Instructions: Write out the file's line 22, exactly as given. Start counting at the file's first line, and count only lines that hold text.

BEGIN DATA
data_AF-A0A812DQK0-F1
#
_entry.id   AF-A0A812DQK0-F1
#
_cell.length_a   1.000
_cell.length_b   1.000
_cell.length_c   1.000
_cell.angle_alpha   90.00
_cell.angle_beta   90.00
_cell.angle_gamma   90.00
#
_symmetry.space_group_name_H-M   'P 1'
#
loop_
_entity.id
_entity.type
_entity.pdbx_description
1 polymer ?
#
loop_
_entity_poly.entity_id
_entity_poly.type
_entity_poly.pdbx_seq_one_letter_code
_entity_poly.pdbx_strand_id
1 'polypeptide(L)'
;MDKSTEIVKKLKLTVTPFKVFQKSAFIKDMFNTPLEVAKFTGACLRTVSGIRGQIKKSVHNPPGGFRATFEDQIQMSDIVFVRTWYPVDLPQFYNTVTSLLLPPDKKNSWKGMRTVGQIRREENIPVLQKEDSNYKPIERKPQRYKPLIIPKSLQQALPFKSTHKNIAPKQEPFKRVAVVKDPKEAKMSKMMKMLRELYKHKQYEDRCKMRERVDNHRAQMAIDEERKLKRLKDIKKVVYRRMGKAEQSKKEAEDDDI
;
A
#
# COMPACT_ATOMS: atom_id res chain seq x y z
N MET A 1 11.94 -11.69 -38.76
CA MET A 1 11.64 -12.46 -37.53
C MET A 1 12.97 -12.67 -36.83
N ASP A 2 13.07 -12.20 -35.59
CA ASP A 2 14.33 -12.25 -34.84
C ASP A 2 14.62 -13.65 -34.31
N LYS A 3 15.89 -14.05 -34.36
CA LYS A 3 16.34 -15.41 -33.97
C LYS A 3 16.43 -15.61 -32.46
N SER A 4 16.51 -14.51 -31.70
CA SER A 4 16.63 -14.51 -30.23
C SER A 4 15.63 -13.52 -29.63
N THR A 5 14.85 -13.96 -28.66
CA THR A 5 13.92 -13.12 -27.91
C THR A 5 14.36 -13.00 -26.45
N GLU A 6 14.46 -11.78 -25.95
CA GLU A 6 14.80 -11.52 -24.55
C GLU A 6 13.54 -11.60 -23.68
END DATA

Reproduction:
_entity_poly.type